There’s one story that has dominated the tech news this week and that’s the unveiling of Tesla’s much anticipated Cybertruck. Tesla CEO Elon Musk promised something different and that’s exactly what we got. The electric pickup looks like a mashup between something you would expect to see in Back to the Future and Blade Runner, and the design has certainly divided opinion. You can’t help but admire Musk’s insistence on being deliberately different!
A Tesla pickup truck makes plenty of sense on paper – the three top-selling vehicles in the US are pickup trucks and the consumer appetite for electric cars is clearly growing, so Musk knows his product has a market. But the Cybertruck needs to be aesthetically appealing to the majority of potential buyers to really make a dent in the marketplace and despite impressive pre-sale figures, those looks could restrict potential eventual sales.
Speaking of impacts, Musk used the launch event to demonstrate the durability of the truck’s bodywork by having the doors walloped with a sledgehammer. Unfortunately, the impact weakened the supposedly bulletproof ‘Armour glass’ of the windows, which shattered when a metal ball was thrown at them in an experiment that was supposed to demonstrate their strength…
Not many vehicles are currently fitted with bulletproof glass so this isn’t exactly a security measure that potential owners will be especially bothered about. But there is a big security question mark over a long-promised feature for Tesla vehicles, one that is yet to materialise. Musk has been promising fully self-driving capabilities for Tesla vehicles for a while now, meaning passengers won’t have to pay any attention to the road. Tesla’s existing self-driving functionality requires drivers to keep their hands on the wheel and their eyes on the road. While it doesn’t look like full self-driving mode will happen anytime soon, the risks are already being explored.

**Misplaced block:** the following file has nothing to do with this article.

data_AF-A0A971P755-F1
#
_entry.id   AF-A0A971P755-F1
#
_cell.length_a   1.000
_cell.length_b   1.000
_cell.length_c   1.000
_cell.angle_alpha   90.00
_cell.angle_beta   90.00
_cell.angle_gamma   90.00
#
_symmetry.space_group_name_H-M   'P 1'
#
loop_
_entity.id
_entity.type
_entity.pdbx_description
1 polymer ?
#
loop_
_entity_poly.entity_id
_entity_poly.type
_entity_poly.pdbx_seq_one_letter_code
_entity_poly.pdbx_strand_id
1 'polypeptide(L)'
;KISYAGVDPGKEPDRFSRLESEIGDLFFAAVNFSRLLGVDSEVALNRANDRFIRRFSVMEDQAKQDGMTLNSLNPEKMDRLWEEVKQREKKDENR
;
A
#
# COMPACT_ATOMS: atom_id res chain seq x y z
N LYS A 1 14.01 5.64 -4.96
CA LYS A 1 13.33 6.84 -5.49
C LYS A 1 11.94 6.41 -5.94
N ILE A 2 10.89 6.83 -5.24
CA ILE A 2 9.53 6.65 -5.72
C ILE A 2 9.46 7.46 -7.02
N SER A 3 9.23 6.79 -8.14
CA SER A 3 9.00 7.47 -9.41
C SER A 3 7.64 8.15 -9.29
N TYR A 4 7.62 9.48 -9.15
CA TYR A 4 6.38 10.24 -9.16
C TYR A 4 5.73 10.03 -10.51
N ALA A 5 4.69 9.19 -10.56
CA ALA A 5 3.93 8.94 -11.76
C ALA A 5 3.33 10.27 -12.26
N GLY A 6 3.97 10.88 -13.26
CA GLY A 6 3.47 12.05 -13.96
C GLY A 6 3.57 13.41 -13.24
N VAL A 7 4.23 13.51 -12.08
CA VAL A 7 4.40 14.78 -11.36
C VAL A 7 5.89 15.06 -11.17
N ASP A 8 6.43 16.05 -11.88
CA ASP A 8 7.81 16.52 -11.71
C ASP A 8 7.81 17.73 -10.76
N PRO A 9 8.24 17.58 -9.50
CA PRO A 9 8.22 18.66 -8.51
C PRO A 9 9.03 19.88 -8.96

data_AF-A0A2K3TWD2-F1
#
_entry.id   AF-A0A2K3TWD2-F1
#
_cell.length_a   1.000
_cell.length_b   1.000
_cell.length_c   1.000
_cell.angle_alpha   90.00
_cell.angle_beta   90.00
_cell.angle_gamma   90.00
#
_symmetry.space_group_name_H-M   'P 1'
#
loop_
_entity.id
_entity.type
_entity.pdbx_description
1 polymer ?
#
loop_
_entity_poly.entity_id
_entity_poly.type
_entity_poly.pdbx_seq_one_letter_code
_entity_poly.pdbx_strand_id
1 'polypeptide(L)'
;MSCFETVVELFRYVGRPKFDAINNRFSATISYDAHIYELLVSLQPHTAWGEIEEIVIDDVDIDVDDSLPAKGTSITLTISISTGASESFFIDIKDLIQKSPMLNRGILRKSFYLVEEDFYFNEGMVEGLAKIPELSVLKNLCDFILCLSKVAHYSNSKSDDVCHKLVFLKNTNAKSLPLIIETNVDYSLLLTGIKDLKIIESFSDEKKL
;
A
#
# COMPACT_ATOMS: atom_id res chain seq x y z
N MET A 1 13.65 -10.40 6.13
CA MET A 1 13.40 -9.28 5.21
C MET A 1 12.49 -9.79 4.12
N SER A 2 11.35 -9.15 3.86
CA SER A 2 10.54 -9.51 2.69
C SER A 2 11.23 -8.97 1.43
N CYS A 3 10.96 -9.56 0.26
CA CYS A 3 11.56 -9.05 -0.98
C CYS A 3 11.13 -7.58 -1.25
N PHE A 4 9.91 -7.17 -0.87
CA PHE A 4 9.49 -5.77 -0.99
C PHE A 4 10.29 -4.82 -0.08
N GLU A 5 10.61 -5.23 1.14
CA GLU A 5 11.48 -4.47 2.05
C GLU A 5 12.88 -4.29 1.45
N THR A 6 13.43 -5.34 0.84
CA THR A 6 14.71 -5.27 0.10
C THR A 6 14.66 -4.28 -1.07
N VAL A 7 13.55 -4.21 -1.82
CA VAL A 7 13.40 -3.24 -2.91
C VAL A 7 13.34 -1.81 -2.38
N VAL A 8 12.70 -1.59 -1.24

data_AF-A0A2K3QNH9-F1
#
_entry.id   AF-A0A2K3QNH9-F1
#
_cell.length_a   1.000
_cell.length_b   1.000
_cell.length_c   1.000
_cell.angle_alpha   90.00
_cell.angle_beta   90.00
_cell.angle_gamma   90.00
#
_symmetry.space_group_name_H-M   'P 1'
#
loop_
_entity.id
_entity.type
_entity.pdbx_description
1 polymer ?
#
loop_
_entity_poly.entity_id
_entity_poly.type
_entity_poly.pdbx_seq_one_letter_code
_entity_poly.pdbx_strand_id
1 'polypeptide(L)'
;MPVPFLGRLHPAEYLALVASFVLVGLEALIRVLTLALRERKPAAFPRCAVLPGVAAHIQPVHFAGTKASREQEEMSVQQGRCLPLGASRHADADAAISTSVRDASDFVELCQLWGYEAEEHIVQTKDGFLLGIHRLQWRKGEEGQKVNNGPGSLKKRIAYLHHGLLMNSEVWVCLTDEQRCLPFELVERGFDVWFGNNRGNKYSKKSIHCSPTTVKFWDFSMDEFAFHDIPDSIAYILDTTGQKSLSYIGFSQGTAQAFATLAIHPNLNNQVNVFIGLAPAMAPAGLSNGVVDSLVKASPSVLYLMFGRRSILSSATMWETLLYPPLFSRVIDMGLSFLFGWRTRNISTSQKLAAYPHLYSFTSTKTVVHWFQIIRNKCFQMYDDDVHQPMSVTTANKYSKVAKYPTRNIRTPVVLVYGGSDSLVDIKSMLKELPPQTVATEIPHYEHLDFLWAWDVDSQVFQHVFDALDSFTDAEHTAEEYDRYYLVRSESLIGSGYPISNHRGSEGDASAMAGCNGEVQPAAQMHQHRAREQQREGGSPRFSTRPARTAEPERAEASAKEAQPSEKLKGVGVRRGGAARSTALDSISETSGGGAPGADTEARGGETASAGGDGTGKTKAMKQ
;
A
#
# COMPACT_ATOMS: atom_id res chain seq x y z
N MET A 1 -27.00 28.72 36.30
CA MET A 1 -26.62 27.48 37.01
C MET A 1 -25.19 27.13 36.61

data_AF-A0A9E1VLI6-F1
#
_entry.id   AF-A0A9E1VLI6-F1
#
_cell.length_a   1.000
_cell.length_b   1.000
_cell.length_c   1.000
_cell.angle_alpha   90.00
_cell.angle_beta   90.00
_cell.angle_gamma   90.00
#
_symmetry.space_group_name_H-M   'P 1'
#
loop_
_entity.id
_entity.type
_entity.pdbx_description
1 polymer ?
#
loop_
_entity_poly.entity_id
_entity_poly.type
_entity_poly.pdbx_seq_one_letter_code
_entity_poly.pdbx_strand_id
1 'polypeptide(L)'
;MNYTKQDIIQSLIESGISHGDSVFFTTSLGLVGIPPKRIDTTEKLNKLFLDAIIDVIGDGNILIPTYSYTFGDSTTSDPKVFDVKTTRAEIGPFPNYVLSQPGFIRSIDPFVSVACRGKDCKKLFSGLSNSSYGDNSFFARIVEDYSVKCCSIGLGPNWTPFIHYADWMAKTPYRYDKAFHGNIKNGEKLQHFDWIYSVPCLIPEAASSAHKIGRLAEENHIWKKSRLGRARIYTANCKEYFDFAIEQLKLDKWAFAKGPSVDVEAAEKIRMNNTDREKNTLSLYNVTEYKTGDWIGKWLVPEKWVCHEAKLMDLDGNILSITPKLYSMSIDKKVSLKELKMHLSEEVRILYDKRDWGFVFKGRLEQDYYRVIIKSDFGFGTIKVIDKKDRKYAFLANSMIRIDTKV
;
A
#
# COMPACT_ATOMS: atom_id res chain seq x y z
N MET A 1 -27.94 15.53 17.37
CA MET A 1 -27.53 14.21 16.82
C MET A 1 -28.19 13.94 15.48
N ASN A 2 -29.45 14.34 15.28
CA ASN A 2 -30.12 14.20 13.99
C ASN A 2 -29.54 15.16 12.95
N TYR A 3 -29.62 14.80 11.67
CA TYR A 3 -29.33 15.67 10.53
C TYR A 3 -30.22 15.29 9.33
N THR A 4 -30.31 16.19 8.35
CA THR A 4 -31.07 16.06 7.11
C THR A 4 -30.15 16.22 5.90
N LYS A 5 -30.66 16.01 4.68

A new report from Europe’s cybersecurity agency ENISA warns that increased connectivity and automation exposes vehicle owners to several crucial cyber threats. Armour glass might help us escape from hijacking events, but automakers need to think about security measures to stop vehicles being hacked and systems being overridden while we’re riding in them.
As the world becomes increasingly connected, we are becoming more exposed to cyber threats and as we see more connectivity and automation – not just in the way we travel but in other sectors too including construction and infrastructure – security will become increasingly important.
To overcome the challenge ahead, automakers may have to work closely with cybersecurity experts and agencies like ENISA to keep potential threats at bay. It’s inevitable that as the reality of self-driving vehicles on public roads draws closer, regulations will be put into place to protect public safety and this could add further delay to Musk’s promise of a fully autonomous Tesla.
If, and when, self-driving cars and haulage trucks take to the roads, automakers need to be considering the safety aspects of the technology that is being put into vehicles. If they don’t, we could really find ourselves in a dystopian thriller like those that inspired the design of the Cybertruck.